Meg Anne Brighton Books

A Swirl of Dust

Tess McKinnon wanted to put as much distance between herself and old Mac Reardon as possible. She ran down the dusty country road. It was a hot, muggy day in Brier Hill, Ohio. She wiped the sweat off her brow with the back of her hand, and listened to the sound of her dog, Buddy, panting as he ran beside her.     

     She looked up at the metallic gray sky that had been blue when she started out over three hours ago. Her shirt was wet with sweat. There were dark clouds. She would welcome a rain shower but a thunderstorm would mean imminent danger on the lonely country road. She looked out over the knee-high rows of corn. There wasn’t a house in sight; not even a barn where she and Buddy could take shelter.

     The carpet bag felt heavy in her hand as it swung back and forth, and the other hand grasp a black quilted bag that held her computer. She was tired and growing weary. The sky was growing darker, but not as dark the past few days had been. Her stepfather, Mac Reardon, had been abusive to her mother. They’d buried her mother yesterday, and he had told her to be out of the house by two o’clock.

     “I’ll leave now,” Tess said wondering how her mother had ever got mixed up with him. He stood unshaven, in dirty blue jeans, and a faded plaid shirt.  He had a condescending expression. “Is it okay if I leave the trunk in my room? I’ll hire someone to help me.” 

     “It’s not your room anymore, girl,” he lashed out. “It’s Anna Mae’s son’s room now. I always did want a son—someone who can help me with this farm.”

     “I’m sorry, Mac, but I …” Suddenly hot anger shot up inside of her. “Mama’s not even cold in the grave, and you’re marrying that woman tomorrow,” she hissed. “You are a low-down weasel, Mac Reardon, and I never want to lay eyes on you again. I’ll send someone for my trunk.”

     He shrugged his shoulders. And when Tess heard the screen door slam, she breathed a sigh of relief.

     It had been difficult to leave the trunk behind. Everything she owned was in it— journals, a manuscript, winter clothes, boots, a teapot, and an old sweater that had been her Mother’s. There were also a few Jane Austen books that her mother had given her. She couldn’t live without her books.

     Tess ran faster. The countryside was a blur as she ran past fields of horses, and cows grazing. A truck sped by sending a blanket of dust through the air. She coughed and slowed to a brisk walk.


      She opened the carpetbag and pulled out a bottle of water. She took a long swig, then cupped her hand and filled it with water.

      Buddy lapped it up.

     Then she filled it twice more for him. He looked up at her and smiled.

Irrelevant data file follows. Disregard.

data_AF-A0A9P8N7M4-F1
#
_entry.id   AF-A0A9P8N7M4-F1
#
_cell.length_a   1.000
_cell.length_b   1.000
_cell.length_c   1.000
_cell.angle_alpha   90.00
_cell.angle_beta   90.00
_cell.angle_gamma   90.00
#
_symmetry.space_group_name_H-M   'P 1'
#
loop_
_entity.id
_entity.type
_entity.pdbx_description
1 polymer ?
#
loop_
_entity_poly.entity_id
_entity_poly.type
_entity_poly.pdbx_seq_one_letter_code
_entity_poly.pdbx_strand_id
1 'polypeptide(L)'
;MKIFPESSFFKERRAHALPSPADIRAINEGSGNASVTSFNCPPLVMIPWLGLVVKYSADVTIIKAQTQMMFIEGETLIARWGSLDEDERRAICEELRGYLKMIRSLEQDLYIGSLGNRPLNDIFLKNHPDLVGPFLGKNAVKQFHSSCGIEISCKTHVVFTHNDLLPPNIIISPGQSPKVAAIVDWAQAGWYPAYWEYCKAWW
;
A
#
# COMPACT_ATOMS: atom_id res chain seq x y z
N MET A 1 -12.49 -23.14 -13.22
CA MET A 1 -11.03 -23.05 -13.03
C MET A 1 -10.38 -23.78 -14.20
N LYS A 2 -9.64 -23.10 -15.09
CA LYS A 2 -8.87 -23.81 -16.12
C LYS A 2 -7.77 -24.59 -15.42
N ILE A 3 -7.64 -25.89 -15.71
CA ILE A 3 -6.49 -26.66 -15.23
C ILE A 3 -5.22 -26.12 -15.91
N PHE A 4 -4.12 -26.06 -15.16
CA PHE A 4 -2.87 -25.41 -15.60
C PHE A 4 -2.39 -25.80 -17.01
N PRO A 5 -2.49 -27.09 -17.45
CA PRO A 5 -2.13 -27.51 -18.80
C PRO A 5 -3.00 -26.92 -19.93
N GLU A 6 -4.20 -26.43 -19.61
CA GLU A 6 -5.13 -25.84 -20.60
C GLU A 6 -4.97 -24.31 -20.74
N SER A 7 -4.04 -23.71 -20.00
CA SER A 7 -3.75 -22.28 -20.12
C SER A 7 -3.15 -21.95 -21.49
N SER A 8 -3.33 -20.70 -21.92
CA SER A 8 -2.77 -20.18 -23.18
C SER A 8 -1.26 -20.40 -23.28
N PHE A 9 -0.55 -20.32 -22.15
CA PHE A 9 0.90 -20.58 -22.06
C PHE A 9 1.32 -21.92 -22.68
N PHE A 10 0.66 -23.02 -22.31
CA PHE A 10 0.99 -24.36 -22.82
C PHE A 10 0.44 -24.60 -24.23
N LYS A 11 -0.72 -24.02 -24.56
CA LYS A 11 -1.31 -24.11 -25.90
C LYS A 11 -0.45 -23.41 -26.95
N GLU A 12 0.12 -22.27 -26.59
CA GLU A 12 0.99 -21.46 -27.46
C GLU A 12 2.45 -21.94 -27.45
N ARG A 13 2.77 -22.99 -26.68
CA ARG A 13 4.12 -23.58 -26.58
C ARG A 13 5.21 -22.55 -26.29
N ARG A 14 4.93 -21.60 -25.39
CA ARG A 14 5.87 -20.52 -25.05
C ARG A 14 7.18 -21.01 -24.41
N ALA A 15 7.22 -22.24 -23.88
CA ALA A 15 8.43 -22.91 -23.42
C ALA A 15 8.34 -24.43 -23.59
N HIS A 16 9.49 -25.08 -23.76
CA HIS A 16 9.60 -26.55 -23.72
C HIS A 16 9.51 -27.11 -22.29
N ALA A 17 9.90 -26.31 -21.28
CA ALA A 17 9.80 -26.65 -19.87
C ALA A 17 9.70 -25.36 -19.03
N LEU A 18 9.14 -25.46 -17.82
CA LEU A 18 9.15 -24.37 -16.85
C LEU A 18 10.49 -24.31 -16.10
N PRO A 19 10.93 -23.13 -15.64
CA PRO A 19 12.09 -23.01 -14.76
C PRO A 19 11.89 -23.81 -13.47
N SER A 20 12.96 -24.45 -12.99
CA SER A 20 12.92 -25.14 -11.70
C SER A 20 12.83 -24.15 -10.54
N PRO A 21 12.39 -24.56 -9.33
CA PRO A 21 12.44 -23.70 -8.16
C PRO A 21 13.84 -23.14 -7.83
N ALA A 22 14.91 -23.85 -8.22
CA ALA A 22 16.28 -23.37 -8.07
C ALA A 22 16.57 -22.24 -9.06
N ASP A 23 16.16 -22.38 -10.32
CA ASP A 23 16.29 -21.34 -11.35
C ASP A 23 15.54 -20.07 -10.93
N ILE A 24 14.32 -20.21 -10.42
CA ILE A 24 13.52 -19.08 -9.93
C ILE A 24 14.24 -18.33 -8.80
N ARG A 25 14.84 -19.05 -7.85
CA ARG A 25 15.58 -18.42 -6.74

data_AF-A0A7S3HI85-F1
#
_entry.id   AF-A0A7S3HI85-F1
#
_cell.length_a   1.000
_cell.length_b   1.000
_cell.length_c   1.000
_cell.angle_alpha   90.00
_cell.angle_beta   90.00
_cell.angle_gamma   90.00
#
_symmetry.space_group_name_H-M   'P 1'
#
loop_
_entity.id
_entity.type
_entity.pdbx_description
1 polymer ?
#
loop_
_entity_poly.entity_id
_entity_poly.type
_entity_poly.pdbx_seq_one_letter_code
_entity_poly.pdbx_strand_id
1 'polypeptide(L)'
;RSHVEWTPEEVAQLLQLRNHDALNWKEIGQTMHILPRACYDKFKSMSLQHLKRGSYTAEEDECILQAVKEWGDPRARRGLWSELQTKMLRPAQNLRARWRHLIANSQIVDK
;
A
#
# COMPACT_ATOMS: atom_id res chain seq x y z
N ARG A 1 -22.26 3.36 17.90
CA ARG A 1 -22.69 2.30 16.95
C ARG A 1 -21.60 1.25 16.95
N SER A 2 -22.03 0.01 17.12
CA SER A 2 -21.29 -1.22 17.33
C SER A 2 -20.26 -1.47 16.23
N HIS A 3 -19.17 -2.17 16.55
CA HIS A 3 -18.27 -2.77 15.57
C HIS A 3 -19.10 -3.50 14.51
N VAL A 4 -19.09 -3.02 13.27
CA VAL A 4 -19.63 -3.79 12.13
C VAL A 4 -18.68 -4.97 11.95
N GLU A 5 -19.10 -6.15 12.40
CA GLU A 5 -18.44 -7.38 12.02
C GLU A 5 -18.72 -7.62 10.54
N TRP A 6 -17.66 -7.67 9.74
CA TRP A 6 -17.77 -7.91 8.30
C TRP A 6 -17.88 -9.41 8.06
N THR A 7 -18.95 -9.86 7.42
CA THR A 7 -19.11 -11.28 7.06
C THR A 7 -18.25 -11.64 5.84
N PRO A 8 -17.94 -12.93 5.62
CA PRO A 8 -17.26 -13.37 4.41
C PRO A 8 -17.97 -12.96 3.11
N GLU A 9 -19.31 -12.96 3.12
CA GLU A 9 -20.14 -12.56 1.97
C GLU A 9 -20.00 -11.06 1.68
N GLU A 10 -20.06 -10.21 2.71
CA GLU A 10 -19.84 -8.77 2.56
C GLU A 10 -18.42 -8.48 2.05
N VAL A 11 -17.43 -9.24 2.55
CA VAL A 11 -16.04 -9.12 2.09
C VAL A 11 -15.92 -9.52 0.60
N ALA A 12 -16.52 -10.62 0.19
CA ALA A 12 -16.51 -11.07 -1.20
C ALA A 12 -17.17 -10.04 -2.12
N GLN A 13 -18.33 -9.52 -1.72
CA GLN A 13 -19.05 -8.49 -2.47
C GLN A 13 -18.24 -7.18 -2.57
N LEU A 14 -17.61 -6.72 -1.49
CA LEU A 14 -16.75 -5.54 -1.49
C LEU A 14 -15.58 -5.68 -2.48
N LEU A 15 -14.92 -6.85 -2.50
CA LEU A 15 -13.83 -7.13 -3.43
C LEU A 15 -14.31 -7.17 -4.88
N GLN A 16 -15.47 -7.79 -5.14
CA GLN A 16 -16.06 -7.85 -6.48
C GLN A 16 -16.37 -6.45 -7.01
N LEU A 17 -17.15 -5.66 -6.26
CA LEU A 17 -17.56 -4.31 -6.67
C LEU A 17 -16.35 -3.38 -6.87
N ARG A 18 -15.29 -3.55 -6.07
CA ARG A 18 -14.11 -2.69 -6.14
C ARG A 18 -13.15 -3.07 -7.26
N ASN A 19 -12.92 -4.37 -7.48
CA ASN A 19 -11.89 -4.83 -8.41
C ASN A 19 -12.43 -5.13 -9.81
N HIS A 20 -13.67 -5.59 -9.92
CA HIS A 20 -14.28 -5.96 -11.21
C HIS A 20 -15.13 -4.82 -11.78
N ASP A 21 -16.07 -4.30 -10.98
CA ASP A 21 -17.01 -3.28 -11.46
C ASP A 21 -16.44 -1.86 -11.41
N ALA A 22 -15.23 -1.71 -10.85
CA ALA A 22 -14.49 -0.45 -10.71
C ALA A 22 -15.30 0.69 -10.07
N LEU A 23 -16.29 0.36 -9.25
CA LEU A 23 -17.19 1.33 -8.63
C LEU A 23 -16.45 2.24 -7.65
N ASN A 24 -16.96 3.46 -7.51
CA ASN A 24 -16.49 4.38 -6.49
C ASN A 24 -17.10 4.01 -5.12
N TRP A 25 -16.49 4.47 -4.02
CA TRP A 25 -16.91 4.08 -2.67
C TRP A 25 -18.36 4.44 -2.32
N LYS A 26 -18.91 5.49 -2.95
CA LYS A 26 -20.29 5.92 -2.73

"Are you happy to be gone, Buddy?” She took another swig of water, and declared,    “Mac Reardon is a psychopath and a thief. He should be locked up.”

      Buddy whined and sat on his haunches.

      “We’ve only gone five miles, Buddy.” She patted him on the head. “Fifteen more to go. If we’re lucky, we’ll be there by dusk. We’re going back to the cabin where we belong—where we’ve always belonged. We won’t have much, but we’ll have peace of mind. We’ll cool off in the creek.”     

     A shiny black SUV rushed by leaving a trail of dust. Then it pulled over to the shoulder and stopped. The stranger rolled down his window. Tess wiped her forehead with her arm and trudged over.   

      He stared at her, his dark eyes intense. “There’s not a house within miles. What are you doing out here alone? There’s a storm brewing.”

     “I’m headed to Owl Creek. It’s not far from Brier Hill. I have a cabin there.”

     “You shouldn’t be out here alone. I’m Sawyer Rhodes. I have a horse farm near your cabin. It looks like we’re neighbors. Get in.”   

      "Are you sure? Your car looks clean, and my dog is pretty dirty.” All the while, she was looking him over.

     “It’s okay.”

     Her intuition told her it would be fine, and Buddy was wagging his tail. So, she nodded, and he climbed out of the vehicle.

     Buddy licked the stranger’s hand.

    “Ferocious dog.” He lifted the hatch.

     Buddy jumped in, and Sawyer took the carpet bag from Tess and set it beside Buddy.

     “I’ll keep the computer with me.” She clutched the quilted bag. “My life is in it.” 

     Sawyer smiled a wry smile.  "There’s plenty of room.” he waited until Tess was settled in before he shut the car door.

     She’d noticed a litheness about him when he walked around to the driver’s side—and climbed in with ease. He wore black hat, black jacket, and trousers. She guessed he was a Mennonite though she’d never seen a Mennonite driving a car this nice. She settled back into the seat. “Air conditioning,” she breathed in the new car smell of the leather interior. “It feels really good.”

     “How long have you been walking?”